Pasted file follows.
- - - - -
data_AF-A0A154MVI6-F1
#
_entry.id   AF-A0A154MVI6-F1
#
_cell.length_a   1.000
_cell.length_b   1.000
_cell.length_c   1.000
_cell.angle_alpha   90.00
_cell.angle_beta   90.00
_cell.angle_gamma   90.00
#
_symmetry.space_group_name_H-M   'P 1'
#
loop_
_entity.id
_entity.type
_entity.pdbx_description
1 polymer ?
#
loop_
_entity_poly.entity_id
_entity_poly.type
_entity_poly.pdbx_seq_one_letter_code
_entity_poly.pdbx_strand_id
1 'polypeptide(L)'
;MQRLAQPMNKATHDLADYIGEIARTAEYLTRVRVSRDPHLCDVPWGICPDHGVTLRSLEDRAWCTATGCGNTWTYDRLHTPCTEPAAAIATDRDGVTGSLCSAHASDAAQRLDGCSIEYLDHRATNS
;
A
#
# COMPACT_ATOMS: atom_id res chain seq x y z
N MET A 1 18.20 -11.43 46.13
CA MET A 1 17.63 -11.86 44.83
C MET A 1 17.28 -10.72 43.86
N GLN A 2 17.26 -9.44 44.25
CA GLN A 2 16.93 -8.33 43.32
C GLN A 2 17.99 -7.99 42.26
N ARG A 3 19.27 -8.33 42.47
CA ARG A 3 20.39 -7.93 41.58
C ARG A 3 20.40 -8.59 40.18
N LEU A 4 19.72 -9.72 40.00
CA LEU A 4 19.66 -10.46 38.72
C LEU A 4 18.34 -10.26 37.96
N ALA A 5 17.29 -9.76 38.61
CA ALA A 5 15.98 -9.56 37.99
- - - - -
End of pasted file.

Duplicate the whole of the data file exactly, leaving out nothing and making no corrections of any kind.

data_AF-A0A154MVI6-F1
#
_entry.id   AF-A0A154MVI6-F1
#
_cell.length_a   1.000
_cell.length_b   1.000
_cell.length_c   1.000
_cell.angle_alpha   90.00
_cell.angle_beta   90.00
_cell.angle_gamma   90.00
#
_symmetry.space_group_name_H-M   'P 1'
#
loop_
_entity.id
_entity.type
_entity.pdbx_description
1 polymer ?
#
loop_
_entity_poly.entity_id
_entity_poly.type
_entity_poly.pdbx_seq_one_letter_code
_entity_poly.pdbx_strand_id
1 'polypeptide(L)'
;MQRLAQPMNKATHDLADYIGEIARTAEYLTRVRVSRDPHLCDVPWGICPDHGVTLRSLEDRAWCTATGCGNTWTYDRLHTPCTEPAAAIATDRDGVTGSLCSAHASDAAQRLDGCSIEYLDHRATNS
;
A
#
# COMPACT_ATOMS: atom_id res chain seq x y z
N MET A 1 18.20 -11.43 46.13
CA MET A 1 17.63 -11.86 44.83
C MET A 1 17.28 -10.72 43.86
N GLN A 2 17.26 -9.44 44.25
CA GLN A 2 16.93 -8.33 43.32
C GLN A 2 17.99 -7.99 42.26
N ARG A 3 19.27 -8.33 42.47
CA ARG A 3 20.39 -7.93 41.58
C ARG A 3 20.40 -8.59 40.18
N LEU A 4 19.72 -9.72 40.00
CA LEU A 4 19.66 -10.46 38.72
C LEU A 4 18.34 -10.26 37.96
N ALA A 5 17.29 -9.76 38.61
CA ALA A 5 15.98 -9.56 37.99